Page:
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Gradients by angle (was Re: [CSSWG] Minutes and Resolutions 2009-08-12)

From: L. David Baron <dbaron@dbaron.org>
Date: Thu, 13 Aug 2009 15:14:50 -0700
To: www-style@w3.org
Message-ID: <20090813221450.GA1964@pickering.dbaron.org>
On Friday 2009-08-14 09:24 +1200, Robert O'Callahan wrote:
> In linear-gradient, using an angle for the end position means drawing a ray
> along that angle starting at the first position and using that ray's
> intersection with the edge of the background positioning area as the end
> position. (We'd have to define the interpretation of the angle, I'm leaving
> that open.)

That definition of angles doesn't lead to symmetric results.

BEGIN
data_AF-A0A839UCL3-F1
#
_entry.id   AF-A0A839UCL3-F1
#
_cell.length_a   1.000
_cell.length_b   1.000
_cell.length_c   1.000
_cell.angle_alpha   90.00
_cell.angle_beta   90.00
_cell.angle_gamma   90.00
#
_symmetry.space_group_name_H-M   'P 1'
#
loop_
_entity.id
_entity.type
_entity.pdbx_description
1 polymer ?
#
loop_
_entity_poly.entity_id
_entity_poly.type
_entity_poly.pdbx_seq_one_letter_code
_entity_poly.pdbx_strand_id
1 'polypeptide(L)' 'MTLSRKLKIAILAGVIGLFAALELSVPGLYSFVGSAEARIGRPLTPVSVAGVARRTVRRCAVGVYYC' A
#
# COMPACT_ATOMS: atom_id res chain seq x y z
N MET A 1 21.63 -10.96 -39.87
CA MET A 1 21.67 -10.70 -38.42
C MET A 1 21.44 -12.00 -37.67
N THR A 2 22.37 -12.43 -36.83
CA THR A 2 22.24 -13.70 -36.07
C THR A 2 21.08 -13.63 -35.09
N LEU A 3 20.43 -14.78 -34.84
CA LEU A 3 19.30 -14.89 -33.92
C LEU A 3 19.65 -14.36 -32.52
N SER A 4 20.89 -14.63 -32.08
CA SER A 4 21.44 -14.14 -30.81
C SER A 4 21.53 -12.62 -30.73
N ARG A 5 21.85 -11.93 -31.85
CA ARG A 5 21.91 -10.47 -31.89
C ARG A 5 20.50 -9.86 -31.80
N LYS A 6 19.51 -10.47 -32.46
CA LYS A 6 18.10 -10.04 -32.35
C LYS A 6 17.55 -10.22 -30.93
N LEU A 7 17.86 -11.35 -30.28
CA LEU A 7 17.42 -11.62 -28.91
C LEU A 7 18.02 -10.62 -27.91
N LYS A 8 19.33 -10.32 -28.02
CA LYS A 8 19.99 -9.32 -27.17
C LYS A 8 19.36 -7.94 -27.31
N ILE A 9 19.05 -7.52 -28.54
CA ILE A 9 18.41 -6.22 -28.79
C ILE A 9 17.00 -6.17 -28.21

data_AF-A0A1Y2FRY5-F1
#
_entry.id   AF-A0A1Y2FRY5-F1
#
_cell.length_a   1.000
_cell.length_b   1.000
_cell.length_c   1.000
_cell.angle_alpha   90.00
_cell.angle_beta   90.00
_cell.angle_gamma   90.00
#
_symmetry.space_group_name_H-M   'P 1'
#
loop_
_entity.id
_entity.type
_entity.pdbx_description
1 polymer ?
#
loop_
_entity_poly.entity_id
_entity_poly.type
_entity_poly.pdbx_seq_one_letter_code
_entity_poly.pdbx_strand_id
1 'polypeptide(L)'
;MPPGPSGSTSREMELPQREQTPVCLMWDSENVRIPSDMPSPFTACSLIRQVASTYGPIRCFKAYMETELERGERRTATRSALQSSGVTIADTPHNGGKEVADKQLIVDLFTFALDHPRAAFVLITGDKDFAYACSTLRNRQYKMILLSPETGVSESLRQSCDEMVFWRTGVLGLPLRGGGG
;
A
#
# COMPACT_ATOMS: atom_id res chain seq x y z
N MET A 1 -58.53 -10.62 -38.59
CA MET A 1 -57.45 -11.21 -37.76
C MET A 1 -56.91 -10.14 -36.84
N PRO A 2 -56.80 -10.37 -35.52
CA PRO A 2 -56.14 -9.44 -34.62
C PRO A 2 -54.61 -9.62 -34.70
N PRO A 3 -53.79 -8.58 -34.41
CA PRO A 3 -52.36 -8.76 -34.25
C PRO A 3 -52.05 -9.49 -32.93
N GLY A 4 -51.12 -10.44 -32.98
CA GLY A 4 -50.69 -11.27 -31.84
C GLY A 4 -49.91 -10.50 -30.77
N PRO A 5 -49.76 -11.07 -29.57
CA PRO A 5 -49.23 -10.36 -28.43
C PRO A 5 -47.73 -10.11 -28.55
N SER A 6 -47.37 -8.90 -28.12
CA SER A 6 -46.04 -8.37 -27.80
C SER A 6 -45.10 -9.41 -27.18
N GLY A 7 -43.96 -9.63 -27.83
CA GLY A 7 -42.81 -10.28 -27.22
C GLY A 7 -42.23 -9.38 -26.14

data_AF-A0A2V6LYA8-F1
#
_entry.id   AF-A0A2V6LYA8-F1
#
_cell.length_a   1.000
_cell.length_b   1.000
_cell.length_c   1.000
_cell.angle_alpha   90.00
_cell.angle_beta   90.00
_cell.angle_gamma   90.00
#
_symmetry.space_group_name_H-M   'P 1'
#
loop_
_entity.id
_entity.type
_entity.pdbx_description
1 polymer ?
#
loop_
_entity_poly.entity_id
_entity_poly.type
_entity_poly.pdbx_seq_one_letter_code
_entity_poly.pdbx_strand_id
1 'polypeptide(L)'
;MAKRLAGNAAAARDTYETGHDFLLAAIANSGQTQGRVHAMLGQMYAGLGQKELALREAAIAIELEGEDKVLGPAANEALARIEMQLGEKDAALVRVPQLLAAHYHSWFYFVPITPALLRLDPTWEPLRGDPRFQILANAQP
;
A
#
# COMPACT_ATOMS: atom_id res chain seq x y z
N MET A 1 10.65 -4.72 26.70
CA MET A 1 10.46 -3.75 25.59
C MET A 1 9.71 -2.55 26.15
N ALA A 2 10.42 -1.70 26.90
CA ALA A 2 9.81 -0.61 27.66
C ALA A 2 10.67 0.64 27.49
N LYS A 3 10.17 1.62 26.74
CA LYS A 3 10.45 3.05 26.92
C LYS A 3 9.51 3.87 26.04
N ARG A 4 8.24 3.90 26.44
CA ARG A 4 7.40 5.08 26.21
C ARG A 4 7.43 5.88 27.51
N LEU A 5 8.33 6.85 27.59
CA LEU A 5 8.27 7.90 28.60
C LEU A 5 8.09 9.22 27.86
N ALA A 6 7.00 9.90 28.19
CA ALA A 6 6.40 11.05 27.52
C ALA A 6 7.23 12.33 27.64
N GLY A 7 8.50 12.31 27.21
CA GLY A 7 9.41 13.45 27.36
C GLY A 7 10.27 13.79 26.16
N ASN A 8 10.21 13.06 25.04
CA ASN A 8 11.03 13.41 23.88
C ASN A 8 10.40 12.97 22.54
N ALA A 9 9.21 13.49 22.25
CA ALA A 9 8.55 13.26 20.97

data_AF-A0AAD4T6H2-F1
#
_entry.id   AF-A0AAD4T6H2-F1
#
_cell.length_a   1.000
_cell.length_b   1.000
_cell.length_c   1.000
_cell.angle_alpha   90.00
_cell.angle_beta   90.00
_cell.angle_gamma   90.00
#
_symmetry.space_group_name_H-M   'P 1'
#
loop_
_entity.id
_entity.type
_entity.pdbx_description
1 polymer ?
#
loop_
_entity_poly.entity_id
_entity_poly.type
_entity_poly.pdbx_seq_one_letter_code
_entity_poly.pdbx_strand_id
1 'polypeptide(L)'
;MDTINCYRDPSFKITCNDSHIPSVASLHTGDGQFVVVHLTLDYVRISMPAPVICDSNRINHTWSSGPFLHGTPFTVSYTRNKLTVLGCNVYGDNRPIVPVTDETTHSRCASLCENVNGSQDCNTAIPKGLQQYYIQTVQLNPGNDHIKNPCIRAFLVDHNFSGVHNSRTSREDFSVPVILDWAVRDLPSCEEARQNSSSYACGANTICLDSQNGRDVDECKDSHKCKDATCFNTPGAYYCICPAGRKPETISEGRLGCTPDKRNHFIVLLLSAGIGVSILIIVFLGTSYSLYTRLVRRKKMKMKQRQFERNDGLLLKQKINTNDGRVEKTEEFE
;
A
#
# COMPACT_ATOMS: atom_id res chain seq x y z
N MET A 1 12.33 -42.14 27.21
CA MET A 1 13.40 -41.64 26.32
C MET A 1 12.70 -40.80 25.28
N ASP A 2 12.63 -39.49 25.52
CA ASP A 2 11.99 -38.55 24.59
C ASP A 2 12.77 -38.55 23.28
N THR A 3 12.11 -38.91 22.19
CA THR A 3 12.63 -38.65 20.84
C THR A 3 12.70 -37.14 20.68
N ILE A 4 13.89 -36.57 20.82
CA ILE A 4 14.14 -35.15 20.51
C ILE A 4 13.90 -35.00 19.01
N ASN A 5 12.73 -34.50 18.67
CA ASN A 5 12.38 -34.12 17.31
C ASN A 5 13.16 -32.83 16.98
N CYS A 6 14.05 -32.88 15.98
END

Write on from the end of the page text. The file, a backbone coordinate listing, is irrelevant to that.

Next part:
Consider the image here:
http://lists.w3.org/Archives/Public/www-archive/2009Aug/att-0041/gradient.png
In this image:
 * the dark blue box is the boundary of the box
 * the white->black area is the area covered by the gradient
 * the red area is the area outside the gradient
 * the line blue line is the ray given by your proposal

Here, I use "top left" as the first position.  But unless the angle
given is 45deg (or that plus some multiple of 90deg), a gradient in
this square won't actually have the gradient area touch both
corners.  In this example, the red area extends well into the box at
the bottom right corner.


Now, I'm not sure what the desired behavior for angle gradients is.
Is it that the gradient extends such that it runs from one corner of
the background positioning area to the other, which means there may
not be a single line at the gradient angle that shows the whole
gradient?  Or should there be such a line somewhere within the box,
and if so, where?

-David

-- 
L. David Baron                                 http://dbaron.org/
Mozilla Corporation                       http://www.mozilla.com/
Received on Thursday, 13 August 2009 22:15:27 GMT

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